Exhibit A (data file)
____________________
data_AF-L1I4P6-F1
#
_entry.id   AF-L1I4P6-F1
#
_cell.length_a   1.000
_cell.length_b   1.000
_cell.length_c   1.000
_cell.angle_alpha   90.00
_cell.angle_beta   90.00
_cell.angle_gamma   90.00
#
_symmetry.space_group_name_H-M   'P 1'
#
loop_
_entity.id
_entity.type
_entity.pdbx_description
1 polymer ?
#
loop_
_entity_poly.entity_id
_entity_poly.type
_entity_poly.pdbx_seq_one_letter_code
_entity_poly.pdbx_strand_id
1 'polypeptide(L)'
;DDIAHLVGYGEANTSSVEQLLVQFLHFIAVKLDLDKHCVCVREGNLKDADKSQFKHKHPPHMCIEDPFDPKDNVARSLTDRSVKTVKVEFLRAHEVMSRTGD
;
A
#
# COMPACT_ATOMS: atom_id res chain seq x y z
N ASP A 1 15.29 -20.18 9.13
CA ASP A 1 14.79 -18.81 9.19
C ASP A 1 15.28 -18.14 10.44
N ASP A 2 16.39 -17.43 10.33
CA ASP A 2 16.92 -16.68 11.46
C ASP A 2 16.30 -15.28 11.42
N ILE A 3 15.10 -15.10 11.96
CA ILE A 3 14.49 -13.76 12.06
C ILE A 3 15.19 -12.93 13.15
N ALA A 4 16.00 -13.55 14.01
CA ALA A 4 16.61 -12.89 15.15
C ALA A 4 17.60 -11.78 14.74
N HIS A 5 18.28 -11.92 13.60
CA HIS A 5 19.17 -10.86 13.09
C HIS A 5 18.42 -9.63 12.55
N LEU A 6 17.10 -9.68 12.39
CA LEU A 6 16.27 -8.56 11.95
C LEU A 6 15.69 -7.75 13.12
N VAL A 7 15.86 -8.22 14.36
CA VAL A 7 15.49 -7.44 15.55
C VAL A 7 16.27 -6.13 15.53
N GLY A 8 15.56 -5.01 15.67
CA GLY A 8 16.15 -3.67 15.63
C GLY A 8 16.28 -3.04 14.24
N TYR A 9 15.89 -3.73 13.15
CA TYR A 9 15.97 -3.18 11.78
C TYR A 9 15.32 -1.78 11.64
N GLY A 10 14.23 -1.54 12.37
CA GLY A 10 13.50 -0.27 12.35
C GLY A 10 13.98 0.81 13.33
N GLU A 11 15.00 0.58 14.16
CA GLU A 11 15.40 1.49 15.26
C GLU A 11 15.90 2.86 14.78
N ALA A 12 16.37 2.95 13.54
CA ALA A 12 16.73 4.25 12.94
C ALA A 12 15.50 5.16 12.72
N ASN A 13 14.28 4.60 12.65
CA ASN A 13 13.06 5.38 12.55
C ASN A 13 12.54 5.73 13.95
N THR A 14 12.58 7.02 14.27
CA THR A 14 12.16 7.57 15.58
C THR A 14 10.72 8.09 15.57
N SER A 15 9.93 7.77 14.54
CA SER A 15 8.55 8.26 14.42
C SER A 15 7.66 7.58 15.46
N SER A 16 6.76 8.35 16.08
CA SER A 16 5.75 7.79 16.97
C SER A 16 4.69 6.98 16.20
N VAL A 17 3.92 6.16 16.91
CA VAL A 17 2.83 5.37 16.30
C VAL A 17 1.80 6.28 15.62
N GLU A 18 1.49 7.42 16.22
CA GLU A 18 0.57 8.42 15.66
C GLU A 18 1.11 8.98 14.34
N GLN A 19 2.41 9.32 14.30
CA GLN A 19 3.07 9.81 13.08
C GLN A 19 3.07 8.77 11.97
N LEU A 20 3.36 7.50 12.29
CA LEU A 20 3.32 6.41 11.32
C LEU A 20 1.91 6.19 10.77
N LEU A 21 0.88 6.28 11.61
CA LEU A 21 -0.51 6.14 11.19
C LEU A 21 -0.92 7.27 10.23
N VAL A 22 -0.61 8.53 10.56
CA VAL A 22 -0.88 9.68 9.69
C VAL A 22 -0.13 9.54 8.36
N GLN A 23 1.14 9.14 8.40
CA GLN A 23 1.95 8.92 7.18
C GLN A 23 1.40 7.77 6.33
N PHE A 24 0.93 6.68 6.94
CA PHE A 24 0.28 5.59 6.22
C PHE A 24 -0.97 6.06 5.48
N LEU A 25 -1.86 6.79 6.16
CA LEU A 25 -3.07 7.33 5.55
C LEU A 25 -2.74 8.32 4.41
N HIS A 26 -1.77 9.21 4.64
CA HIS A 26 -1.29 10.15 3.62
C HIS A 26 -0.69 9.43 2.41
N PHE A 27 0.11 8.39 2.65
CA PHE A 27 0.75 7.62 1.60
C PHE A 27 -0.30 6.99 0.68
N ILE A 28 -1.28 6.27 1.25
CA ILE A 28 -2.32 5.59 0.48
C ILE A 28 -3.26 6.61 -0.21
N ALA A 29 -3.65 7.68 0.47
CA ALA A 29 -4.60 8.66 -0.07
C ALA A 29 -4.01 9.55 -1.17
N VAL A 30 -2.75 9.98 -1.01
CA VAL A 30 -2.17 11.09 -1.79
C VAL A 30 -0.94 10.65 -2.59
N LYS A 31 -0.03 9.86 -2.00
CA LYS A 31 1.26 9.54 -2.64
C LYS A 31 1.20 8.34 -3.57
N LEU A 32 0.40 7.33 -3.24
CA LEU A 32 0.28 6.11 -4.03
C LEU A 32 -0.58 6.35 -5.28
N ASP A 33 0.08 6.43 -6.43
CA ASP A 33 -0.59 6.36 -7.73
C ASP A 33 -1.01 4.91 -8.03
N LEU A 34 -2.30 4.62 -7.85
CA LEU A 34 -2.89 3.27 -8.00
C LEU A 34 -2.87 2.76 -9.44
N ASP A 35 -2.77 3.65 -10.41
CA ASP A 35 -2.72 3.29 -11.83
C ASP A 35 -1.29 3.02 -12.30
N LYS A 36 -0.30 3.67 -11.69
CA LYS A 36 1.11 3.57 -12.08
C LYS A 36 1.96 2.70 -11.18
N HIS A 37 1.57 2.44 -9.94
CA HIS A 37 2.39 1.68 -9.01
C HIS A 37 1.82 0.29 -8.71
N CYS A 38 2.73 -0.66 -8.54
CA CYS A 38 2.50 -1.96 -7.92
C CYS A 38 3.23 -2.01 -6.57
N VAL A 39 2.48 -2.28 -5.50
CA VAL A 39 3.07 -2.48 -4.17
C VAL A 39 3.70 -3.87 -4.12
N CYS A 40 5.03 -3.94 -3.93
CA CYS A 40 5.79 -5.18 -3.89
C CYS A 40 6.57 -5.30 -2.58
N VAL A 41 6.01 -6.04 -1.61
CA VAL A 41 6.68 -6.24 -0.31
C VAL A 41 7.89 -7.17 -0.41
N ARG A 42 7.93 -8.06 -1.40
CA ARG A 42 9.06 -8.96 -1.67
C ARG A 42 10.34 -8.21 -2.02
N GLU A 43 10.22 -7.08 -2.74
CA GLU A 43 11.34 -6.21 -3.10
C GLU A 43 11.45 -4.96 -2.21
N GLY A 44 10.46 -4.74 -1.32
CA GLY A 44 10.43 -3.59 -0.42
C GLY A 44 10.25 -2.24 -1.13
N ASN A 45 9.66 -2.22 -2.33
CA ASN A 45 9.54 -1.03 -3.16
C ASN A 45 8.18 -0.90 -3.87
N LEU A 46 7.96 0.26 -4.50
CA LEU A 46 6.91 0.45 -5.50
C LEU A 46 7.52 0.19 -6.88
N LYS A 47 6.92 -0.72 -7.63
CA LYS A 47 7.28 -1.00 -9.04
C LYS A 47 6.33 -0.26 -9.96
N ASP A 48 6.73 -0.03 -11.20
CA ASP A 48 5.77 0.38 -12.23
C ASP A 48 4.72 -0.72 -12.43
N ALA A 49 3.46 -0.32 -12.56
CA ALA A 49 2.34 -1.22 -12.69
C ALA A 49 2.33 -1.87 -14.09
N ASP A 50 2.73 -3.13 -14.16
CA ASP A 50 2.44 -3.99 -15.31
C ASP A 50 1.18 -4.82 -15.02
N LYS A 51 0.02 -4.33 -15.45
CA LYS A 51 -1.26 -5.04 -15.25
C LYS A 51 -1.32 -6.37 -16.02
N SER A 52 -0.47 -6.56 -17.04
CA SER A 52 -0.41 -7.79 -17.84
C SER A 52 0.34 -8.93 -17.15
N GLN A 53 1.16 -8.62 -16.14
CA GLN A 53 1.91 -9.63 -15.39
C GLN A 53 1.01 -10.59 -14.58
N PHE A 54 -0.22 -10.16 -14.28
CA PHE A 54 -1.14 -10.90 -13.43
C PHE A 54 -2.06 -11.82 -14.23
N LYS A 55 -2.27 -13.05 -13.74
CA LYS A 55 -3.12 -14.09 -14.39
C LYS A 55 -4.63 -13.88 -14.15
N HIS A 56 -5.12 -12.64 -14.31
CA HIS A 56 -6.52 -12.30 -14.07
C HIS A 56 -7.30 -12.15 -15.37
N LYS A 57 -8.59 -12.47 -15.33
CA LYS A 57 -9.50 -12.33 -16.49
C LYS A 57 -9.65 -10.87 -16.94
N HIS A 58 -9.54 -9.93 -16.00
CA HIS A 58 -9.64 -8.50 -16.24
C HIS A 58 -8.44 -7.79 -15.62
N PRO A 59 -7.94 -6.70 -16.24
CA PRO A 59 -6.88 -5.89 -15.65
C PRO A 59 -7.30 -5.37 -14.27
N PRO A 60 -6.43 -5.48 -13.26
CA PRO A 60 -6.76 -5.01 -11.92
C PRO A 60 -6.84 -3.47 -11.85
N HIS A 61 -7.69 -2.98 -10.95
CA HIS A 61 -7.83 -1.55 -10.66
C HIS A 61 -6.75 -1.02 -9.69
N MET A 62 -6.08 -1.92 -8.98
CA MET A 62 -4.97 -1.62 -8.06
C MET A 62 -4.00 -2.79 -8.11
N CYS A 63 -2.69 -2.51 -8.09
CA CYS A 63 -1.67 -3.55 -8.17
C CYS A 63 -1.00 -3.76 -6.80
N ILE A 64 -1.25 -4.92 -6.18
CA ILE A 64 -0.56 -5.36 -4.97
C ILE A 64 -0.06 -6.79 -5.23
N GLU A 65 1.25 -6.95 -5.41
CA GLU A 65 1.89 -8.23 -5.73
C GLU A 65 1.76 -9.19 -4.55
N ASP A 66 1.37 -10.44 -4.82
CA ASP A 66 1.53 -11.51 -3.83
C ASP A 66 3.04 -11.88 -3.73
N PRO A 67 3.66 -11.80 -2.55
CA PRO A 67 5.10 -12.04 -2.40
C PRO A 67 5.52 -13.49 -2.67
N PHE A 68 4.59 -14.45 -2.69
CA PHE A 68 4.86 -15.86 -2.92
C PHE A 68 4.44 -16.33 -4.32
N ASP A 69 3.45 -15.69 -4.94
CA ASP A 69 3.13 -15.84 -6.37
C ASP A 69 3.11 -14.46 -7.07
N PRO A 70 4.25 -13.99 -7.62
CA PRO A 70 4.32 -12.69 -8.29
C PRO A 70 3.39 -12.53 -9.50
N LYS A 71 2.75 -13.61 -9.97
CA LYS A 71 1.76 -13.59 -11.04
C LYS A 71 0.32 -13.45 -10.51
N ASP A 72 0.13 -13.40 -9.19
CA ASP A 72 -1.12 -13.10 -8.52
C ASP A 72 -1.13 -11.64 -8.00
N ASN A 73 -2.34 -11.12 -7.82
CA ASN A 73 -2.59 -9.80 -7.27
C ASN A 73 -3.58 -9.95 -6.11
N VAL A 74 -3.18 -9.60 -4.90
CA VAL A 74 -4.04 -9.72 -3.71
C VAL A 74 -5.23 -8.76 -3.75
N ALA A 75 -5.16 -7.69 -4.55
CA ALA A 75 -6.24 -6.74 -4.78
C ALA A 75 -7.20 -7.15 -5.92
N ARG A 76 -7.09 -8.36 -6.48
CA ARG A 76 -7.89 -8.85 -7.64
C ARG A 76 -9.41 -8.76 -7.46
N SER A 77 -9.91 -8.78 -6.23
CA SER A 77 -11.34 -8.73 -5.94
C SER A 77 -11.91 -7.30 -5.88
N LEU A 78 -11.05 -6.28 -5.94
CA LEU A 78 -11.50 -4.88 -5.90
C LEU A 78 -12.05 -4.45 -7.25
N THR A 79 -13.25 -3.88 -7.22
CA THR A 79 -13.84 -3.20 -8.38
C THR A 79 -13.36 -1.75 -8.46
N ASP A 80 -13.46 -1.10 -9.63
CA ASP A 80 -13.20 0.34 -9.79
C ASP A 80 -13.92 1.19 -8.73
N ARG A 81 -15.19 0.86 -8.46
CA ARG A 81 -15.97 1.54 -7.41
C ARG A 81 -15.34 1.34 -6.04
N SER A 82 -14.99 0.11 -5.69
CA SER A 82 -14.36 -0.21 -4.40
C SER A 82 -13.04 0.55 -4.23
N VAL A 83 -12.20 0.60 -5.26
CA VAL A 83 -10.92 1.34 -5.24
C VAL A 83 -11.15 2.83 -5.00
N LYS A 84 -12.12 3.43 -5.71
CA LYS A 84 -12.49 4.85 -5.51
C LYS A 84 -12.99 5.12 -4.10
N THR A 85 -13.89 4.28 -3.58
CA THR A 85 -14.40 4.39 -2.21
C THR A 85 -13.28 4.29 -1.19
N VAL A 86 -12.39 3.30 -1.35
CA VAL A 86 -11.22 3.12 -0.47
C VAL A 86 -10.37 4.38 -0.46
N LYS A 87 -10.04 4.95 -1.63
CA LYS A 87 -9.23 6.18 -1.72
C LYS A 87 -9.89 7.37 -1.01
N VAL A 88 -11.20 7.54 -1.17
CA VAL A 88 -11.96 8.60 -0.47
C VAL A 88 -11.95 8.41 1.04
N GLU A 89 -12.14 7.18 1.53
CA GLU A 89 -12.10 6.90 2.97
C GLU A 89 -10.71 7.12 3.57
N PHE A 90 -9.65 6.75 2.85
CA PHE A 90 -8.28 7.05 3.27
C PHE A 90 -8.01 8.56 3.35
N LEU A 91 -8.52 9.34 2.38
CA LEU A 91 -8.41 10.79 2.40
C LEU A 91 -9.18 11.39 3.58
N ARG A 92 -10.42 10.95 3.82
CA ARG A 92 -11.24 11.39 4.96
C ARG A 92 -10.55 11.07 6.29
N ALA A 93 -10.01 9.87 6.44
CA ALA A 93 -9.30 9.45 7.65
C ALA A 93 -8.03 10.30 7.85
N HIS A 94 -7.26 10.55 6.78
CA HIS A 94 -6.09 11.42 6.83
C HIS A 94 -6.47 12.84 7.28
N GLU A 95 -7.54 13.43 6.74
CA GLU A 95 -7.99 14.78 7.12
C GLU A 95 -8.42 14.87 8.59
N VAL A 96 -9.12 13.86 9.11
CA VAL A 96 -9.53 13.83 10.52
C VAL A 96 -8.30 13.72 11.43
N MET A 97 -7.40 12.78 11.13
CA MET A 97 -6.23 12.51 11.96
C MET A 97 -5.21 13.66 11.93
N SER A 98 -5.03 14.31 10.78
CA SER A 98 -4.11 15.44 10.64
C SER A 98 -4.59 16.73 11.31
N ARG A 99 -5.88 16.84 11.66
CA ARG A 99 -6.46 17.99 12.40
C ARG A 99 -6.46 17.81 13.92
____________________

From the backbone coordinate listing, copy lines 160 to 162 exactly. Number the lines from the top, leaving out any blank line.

N GLY A 44 10.46 -4.74 -1.32
CA GLY A 44 10.43 -3.59 -0.42
C GLY A 44 10.25 -2.24 -1.13